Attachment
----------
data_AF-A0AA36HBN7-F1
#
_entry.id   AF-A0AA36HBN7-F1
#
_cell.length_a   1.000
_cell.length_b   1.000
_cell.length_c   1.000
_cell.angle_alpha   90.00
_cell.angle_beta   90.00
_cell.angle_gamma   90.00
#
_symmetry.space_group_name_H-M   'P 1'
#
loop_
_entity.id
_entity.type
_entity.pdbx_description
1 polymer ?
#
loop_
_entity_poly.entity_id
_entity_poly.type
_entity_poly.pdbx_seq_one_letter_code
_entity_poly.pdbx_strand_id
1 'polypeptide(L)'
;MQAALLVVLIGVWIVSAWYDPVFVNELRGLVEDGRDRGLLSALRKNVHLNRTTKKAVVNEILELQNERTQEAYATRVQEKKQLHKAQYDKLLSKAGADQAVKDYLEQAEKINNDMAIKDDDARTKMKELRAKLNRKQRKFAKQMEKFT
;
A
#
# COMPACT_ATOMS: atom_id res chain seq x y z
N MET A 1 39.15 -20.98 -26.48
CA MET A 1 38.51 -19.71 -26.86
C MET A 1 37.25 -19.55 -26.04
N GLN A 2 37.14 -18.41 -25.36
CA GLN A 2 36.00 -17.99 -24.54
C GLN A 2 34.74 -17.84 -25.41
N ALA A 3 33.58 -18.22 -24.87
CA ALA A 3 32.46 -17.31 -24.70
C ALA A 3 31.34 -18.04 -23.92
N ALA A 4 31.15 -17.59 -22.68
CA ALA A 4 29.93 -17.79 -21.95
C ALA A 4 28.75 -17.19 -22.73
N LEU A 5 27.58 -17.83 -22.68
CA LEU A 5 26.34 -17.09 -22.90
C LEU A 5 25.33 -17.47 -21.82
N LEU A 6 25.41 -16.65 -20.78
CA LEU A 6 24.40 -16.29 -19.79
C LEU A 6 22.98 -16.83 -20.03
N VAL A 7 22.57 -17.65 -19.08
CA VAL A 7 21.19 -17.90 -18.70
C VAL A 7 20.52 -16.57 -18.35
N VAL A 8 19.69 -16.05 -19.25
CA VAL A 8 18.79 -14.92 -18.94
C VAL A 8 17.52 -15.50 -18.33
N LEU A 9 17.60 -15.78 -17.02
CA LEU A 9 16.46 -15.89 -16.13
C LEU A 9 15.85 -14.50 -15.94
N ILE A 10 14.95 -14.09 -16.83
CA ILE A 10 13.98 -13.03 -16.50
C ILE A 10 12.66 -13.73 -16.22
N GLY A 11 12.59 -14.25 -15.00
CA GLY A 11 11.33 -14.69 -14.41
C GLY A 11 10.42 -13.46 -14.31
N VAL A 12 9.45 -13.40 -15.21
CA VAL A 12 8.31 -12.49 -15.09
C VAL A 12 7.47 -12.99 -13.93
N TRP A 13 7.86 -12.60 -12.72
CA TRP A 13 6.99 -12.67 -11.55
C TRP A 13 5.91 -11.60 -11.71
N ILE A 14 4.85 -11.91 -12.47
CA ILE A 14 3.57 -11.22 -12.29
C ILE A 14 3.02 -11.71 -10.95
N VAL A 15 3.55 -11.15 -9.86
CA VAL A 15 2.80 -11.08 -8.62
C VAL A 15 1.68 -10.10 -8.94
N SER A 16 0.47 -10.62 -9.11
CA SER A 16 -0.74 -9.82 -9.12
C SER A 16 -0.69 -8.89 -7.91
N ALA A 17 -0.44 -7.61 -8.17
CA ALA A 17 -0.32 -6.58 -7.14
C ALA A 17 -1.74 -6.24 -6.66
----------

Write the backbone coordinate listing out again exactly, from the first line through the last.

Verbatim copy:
data_AF-A0AA36HBN7-F1
#
_entry.id   AF-A0AA36HBN7-F1
#
_cell.length_a   1.000
_cell.length_b   1.000
_cell.length_c   1.000
_cell.angle_alpha   90.00
_cell.angle_beta   90.00
_cell.angle_gamma   90.00
#
_symmetry.space_group_name_H-M   'P 1'
#
loop_
_entity.id
_entity.type
_entity.pdbx_description
1 polymer ?
#
loop_
_entity_poly.entity_id
_entity_poly.type
_entity_poly.pdbx_seq_one_letter_code
_entity_poly.pdbx_strand_id
1 'polypeptide(L)'
;MQAALLVVLIGVWIVSAWYDPVFVNELRGLVEDGRDRGLLSALRKNVHLNRTTKKAVVNEILELQNERTQEAYATRVQEKKQLHKAQYDKLLSKAGADQAVKDYLEQAEKINNDMAIKDDDARTKMKELRAKLNRKQRKFAKQMEKFT
;
A
#
# COMPACT_ATOMS: atom_id res chain seq x y z
N MET A 1 39.15 -20.98 -26.48
CA MET A 1 38.51 -19.71 -26.86
C MET A 1 37.25 -19.55 -26.04
N GLN A 2 37.14 -18.41 -25.36
CA GLN A 2 36.00 -17.99 -24.54
C GLN A 2 34.74 -17.84 -25.41
N ALA A 3 33.58 -18.22 -24.87
CA ALA A 3 32.46 -17.31 -24.70
C ALA A 3 31.34 -18.04 -23.92
N ALA A 4 31.15 -17.59 -22.68
CA ALA A 4 29.93 -17.79 -21.95
C ALA A 4 28.75 -17.19 -22.73
N LEU A 5 27.58 -17.83 -22.68
CA LEU A 5 26.34 -17.09 -22.90
C LEU A 5 25.33 -17.47 -21.82
N LEU A 6 25.41 -16.65 -20.78
CA LEU A 6 24.40 -16.29 -19.79
C LEU A 6 22.98 -16.83 -20.03
N VAL A 7 22.57 -17.65 -19.08
CA VAL A 7 21.19 -17.90 -18.70
C VAL A 7 20.52 -16.57 -18.35
N VAL A 8 19.69 -16.05 -19.25
CA VAL A 8 18.79 -14.92 -18.94
C VAL A 8 17.52 -15.50 -18.33
N LEU A 9 17.60 -15.78 -17.02
CA LEU A 9 16.46 -15.89 -16.13
C LEU A 9 15.85 -14.50 -15.94
N ILE A 10 14.95 -14.09 -16.83
CA ILE A 10 13.98 -13.03 -16.50
C ILE A 10 12.66 -13.73 -16.22
N GLY A 11 12.59 -14.25 -15.00
CA GLY A 11 11.33 -14.69 -14.41
C GLY A 11 10.42 -13.46 -14.31
N VAL A 12 9.45 -13.40 -15.21
CA VAL A 12 8.31 -12.49 -15.09
C VAL A 12 7.47 -12.99 -13.93
N TRP A 13 7.86 -12.60 -12.72
CA TRP A 13 6.99 -12.67 -11.55
C TRP A 13 5.91 -11.60 -11.71
N ILE A 14 4.85 -11.91 -12.47
CA ILE A 14 3.57 -11.22 -12.29
C ILE A 14 3.02 -11.71 -10.95
N VAL A 15 3.55 -11.15 -9.86
CA VAL A 15 2.80 -11.08 -8.62
C VAL A 15 1.68 -10.10 -8.94
N SER A 16 0.47 -10.62 -9.11
CA SER A 16 -0.74 -9.82 -9.12
C SER A 16 -0.69 -8.89 -7.91
N ALA A 17 -0.44 -7.61 -8.17
CA ALA A 17 -0.32 -6.58 -7.14
C ALA A 17 -1.74 -6.24 -6.66